Jul. 23, 2017

April & the Cancer Patient

Miss Dorothy Pearlman was a 38 year old single black female who came to us with stage IV pancreatic cancer. Sadly, she came to die, but in comfort. Her only living sibling, a sister, was unable to care for her during her debilitation and it was agreed between the two of them that Dorothy would stay with us for the 24 hour around-the-clock nursing care she needed.

Miss Pearlman was admitted to room 411, just outside the nurse’s station. We kept her close to us. Twice her PCA (Patient Controlled Analgesia) pump beeped loudly. The pump allowed her to medicate herself whenever needed. Both times, it blew her veins and caused her a lot of pain. After the last time, we made sure to monitor the pump closely to catch the infiltration before it started to hurt her.

Her favorite aide was April. Although April was not a very religious person, she would spend a lot of time with Dorothy talking about the Bible and praying with her. She catered to Dorothy like a mother hen so much that Dorothy used to tell April when she died she was going to come back and visit her.

“You know, Michelle,” April said to me one night, “I love Miss Dorothy, but if she ever did come back to visit me, I would turn as white as you!”

“I don’t think it would be to haunt you,” I offered with a laugh. “I’m sure it would be just to let you know that she is okay and is no longer suffering.”

As April left to make her rounds, she stated clearly, “She does not need to come back and tell me that. I’m sure God will take of her once she leaves this world.”

Dorothy only stayed with us for six weeks. We came into work one afternoon to find her room by the nurses’ station empty. She had passed away only hours before. Because of the cancer, it was very quick and sudden.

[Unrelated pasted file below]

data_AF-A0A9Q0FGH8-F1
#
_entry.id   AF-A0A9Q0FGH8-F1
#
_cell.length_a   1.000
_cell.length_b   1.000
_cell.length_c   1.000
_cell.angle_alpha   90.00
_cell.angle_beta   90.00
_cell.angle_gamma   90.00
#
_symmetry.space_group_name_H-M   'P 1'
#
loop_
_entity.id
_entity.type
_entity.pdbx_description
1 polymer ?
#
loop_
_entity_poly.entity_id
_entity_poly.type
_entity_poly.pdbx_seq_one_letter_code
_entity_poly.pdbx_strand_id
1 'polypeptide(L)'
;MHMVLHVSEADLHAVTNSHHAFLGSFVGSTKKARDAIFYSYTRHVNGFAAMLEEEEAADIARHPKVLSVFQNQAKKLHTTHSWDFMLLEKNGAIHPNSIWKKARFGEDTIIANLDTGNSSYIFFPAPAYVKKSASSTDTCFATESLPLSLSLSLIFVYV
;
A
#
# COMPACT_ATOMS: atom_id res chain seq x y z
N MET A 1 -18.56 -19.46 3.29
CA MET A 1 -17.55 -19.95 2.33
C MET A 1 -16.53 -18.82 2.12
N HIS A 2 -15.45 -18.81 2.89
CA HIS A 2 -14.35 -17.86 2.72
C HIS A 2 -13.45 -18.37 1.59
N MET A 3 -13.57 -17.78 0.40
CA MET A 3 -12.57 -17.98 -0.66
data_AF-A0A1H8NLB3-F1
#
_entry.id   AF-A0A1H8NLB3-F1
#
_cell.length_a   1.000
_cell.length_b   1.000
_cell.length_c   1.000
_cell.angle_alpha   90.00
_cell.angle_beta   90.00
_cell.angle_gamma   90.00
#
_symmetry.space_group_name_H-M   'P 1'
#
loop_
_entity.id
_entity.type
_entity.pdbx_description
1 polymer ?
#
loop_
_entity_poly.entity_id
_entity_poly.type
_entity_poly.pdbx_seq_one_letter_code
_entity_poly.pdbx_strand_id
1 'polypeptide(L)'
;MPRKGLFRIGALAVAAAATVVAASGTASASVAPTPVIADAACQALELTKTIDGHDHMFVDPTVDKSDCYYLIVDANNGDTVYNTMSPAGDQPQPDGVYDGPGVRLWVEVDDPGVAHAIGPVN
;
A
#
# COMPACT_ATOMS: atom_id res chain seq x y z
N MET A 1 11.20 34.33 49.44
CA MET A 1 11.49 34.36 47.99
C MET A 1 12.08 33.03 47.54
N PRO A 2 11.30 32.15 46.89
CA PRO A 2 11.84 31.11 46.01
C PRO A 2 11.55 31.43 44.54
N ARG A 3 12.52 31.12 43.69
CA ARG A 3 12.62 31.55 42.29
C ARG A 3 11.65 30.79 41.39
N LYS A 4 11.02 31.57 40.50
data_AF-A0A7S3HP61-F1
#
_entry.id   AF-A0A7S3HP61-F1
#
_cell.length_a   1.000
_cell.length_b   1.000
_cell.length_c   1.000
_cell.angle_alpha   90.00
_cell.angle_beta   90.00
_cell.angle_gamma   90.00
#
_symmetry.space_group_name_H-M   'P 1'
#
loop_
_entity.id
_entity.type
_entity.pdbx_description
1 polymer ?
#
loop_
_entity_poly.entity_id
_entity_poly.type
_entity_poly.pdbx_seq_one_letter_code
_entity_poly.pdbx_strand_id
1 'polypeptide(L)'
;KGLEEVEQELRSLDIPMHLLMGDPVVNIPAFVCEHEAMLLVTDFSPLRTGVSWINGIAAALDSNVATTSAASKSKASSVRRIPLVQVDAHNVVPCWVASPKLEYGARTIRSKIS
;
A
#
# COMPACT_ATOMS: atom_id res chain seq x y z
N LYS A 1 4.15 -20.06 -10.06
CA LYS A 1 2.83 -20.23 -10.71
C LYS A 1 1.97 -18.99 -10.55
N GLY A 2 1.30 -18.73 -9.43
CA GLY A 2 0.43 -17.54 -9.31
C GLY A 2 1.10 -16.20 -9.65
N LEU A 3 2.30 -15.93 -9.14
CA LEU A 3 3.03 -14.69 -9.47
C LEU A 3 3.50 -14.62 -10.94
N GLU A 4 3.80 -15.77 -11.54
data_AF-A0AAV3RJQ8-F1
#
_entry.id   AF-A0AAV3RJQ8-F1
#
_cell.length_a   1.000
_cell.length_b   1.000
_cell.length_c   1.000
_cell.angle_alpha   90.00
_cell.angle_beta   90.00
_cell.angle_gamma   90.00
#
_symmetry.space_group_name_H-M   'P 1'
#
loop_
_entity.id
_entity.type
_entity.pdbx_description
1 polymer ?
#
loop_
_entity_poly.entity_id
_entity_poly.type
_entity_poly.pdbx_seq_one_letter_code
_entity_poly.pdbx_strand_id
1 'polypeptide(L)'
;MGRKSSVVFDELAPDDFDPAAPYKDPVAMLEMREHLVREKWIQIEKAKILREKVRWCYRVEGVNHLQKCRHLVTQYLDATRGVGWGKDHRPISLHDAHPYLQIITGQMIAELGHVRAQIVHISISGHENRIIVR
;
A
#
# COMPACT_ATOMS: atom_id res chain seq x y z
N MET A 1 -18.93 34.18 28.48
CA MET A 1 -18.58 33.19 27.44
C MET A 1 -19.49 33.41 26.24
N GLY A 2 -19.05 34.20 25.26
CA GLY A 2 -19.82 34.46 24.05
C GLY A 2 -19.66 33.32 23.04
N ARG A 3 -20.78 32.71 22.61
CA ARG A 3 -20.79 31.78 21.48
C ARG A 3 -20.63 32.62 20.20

Jane, the 7-3 nurse, complained, “I’ve been hearing Miss Pearlman’s PCA pump beep all morning. I forget she’s gone until I go to check on her.”

At the time, I neglected to tell April any of that even when April said, “As sad as it is, I’m glad she’s gone. She was hurting so bad these last few days.”

Instead, the prankster in me took over. When April was down the hall, I’d run into the room and turn on the call light (at the wall) to room 411 and then run off and be somewhere else before April could get to the room.

“Michelle, I know that’s you,” she declared after the third time.

I was coming out of the bathroom. “It isn’t me,” I lied innocently enough. “How can I have done it and be in the bathroom at the same time?”

“It can’t be Miss Dorothy. Do you think she really did come back to see me?” April asked a little unsure.

I shrugged. “Maybe she did? I have heard the PCA pump beep a couple of times (and I had) and, of course, the call light keeps going off so, who knows.”

“Yeah, but I still kind of think that’s you.”

Just before our shift ended, my staff and I were sitting at the nurses’ station waiting for the 11-7 shift to come on and take over when the call light to room 411 came on all by itself. We were all sitting there together when it happened. April turned to look at me and then turned three shades lighter in the face.

I must have been wearing the same look of surprise because she said, “It was you earlier, wasn’t it?”

With a nervous laugh, I admitted that earlier it was me, but we could all plainly see, it wasn’t me that time.

The following day, the nurse reported that the light buzzed the entire night and the call light stayed lit over the door. Maintenance couldn’t find any logical reason, especially since it had been unplugged and the cord removed from the room earlier that morning.

Was it Dorothy or just a coincidence and how did I manage to turn the light on if it maintenance had already disconnected it? I guess we’ll never really know.